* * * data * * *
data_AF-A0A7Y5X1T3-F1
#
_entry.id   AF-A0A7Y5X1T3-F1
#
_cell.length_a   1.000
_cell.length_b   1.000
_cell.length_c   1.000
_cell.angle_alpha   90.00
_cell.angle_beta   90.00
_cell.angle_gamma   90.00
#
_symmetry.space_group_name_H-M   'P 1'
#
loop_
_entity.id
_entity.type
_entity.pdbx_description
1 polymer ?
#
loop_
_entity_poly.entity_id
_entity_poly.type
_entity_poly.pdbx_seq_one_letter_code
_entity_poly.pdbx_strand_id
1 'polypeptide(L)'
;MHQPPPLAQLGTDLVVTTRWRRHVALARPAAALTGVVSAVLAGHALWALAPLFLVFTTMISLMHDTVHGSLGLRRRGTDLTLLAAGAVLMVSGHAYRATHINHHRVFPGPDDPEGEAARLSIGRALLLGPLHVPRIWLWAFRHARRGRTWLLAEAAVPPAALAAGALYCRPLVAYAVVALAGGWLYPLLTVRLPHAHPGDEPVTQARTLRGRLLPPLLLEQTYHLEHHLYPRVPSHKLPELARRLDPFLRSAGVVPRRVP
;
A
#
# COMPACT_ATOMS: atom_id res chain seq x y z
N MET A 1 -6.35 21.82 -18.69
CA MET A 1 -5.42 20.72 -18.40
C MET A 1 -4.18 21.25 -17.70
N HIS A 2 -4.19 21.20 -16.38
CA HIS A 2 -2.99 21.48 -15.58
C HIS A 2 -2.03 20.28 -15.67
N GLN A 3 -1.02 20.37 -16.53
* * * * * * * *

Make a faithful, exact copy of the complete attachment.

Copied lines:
data_AF-A0A7Y5X1T3-F1
#
_entry.id   AF-A0A7Y5X1T3-F1
#
_cell.length_a   1.000
_cell.length_b   1.000
_cell.length_c   1.000
_cell.angle_alpha   90.00
_cell.angle_beta   90.00
_cell.angle_gamma   90.00
#
_symmetry.space_group_name_H-M   'P 1'
#
loop_
_entity.id
_entity.type
_entity.pdbx_description
1 polymer ?
#
loop_
_entity_poly.entity_id
_entity_poly.type
_entity_poly.pdbx_seq_one_letter_code
_entity_poly.pdbx_strand_id
1 'polypeptide(L)'
;MHQPPPLAQLGTDLVVTTRWRRHVALARPAAALTGVVSAVLAGHALWALAPLFLVFTTMISLMHDTVHGSLGLRRRGTDLTLLAAGAVLMVSGHAYRATHINHHRVFPGPDDPEGEAARLSIGRALLLGPLHVPRIWLWAFRHARRGRTWLLAEAAVPPAALAAGALYCRPLVAYAVVALAGGWLYPLLTVRLPHAHPGDEPVTQARTLRGRLLPPLLLEQTYHLEHHLYPRVPSHKLPELARRLDPFLRSAGVVPRRVP
;
A
#
# COMPACT_ATOMS: atom_id res chain seq x y z
N MET A 1 -6.35 21.82 -18.69
CA MET A 1 -5.42 20.72 -18.40
C MET A 1 -4.18 21.25 -17.70
N HIS A 2 -4.19 21.20 -16.38
CA HIS A 2 -2.99 21.48 -15.58
C HIS A 2 -2.03 20.28 -15.67
N GLN A 3 -1.02 20.37 -16.53